Last night, HBO screened Ryan Murphy's passionate and at times gut-wrenching movie version of 'The Normal Heart' by Larry Kramer, which includes a scene featuring the New York City Gay Men's Chorus. This is my arrangement.
The scene is a reconstruction of the first ever fundraiser for GMHC (Gay Men's Health Crisis) at the Paradise Garage in April 1982. New York City Gay Men's Chorus sang at this early fund-raiser, and we were honored to be asked to participate in the movie alongside Mark Ruffalo, Julia Roberts and Jim Parsons, essentially playing ourselves. Glee-style, the chorus sings the whole of Gershwin's 'The Man I Love'. Below is a picture of Peter Criswell, our Executive Director, and I representing NYCGMC at HBO, for the cast and crew screening.
It was of course weird to see ourselves on screen, but the chorus looked amazing! It was also my first movie credit as an arranger. The movie is a very truthful, compelling and at times harrowing account of the early days of HIV/AIDS in New York, and left the audience with one of those deep silences after which you can't speak for a few minutes.
I'm so grateful to all the NYCGMC members for their faith in me, and for giving up their time to take part. We rock! Also to Scott Ferguson, who saw the potential in us. And of course to Peter Criswell, who made it happen, and could not be a more supportive colleague. We are a chorus founded to change the world through educating people about the lives and challenges gay men face through song. It could not be more apt that we were able to be a part of this important project. I am very proud.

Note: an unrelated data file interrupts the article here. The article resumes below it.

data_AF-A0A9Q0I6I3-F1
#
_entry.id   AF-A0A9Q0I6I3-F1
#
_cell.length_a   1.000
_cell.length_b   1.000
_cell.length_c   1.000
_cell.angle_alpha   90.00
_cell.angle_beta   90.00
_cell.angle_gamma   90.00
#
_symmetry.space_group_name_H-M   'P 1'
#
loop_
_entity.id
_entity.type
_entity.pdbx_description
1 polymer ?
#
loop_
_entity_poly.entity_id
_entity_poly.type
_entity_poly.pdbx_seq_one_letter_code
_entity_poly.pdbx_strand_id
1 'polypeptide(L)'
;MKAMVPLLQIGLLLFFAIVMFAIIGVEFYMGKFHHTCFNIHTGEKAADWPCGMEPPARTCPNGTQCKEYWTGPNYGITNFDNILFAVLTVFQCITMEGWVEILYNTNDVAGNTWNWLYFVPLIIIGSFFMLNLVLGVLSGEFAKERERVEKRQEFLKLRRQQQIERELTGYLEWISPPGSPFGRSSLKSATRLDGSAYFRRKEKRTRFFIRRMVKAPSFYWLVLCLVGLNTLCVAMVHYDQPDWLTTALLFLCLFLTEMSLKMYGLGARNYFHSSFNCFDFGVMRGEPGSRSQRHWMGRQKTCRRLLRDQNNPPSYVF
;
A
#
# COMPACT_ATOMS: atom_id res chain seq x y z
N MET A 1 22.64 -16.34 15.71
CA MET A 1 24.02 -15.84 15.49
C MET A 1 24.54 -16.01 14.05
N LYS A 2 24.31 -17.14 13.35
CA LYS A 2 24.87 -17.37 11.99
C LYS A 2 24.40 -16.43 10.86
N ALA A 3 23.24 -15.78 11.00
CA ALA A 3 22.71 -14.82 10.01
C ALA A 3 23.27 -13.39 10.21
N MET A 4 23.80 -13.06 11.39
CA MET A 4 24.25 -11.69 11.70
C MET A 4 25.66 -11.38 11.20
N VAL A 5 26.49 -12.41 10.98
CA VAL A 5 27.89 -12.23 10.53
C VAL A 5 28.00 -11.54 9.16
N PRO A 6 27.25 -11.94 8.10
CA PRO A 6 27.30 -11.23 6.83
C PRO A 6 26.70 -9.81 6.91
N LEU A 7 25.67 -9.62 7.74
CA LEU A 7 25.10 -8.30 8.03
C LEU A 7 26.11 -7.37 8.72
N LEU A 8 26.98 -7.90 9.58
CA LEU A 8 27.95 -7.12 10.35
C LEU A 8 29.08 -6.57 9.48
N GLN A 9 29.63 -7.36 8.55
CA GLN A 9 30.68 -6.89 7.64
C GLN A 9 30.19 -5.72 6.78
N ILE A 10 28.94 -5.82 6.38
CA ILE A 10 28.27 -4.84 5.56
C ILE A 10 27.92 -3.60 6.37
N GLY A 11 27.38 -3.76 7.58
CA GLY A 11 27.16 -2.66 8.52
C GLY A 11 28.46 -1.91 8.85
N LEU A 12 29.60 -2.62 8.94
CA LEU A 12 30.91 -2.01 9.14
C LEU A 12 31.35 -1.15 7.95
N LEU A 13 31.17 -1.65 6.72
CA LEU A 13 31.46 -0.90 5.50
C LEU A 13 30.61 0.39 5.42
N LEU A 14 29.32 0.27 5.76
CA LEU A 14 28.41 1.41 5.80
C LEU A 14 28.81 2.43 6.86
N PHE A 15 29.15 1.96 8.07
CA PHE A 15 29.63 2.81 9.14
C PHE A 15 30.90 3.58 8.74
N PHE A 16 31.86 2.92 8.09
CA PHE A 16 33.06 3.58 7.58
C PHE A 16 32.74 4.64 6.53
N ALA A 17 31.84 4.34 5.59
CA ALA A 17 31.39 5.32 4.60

I really loved the part in Mark Ruffalo's interview where he says his character Ned Weekes (representing Larry Kramer), though angry and confrontational, was in the end inspired by great love for his fellow man and in the end for America. Ruffalo certainly plays him that way, and that gives the whole movie an amazing humanity.
The film is a timely reminder of the early days of the AIDS epidemic, when prejudice, ignorance and the stigma of being gay led to thousands of unnecessary deaths. It also shows us how much has changed, historicizes that time (yes, 30 years ago), and highlights the fundamental changes in attitude which have taken place since then, both around the LGBTQ community and HIV/AIDS itself. As such its message in many ways a positive one - those times are past.
See it if you get the chance!
— with Peter Criswell.